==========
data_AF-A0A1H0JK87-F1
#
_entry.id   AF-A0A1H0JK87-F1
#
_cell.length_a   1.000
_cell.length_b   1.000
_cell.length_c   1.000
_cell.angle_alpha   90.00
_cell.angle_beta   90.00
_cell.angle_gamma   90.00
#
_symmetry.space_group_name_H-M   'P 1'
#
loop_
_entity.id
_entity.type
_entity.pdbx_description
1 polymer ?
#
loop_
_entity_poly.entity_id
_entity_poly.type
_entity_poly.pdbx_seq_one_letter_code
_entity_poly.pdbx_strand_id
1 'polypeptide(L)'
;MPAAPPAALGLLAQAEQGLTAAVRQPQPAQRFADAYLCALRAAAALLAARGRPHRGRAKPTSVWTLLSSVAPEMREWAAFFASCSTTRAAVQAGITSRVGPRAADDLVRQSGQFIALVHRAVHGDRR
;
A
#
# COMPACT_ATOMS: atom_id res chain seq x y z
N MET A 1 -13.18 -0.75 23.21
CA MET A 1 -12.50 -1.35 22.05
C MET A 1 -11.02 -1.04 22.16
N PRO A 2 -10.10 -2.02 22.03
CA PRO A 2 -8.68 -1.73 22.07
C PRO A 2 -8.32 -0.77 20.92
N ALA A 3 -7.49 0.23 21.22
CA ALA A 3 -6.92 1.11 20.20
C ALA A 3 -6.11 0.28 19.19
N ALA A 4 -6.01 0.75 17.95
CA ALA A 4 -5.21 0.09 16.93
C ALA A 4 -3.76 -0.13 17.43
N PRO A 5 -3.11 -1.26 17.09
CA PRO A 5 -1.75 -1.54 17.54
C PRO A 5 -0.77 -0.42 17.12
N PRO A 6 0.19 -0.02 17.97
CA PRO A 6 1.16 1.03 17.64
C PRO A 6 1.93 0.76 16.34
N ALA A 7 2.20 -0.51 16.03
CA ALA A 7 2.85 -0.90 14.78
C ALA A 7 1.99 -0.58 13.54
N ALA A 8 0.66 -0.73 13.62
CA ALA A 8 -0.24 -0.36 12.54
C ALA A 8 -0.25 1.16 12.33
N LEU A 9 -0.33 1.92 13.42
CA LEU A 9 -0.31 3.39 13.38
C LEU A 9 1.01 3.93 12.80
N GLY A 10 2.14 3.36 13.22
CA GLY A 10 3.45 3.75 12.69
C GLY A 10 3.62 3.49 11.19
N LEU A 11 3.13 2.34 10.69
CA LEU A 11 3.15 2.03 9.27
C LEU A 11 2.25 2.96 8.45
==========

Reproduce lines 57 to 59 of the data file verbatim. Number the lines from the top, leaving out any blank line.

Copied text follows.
C LEU A 9 1.01 3.93 12.80
N GLY A 10 2.14 3.36 13.22
CA GLY A 10 3.45 3.75 12.69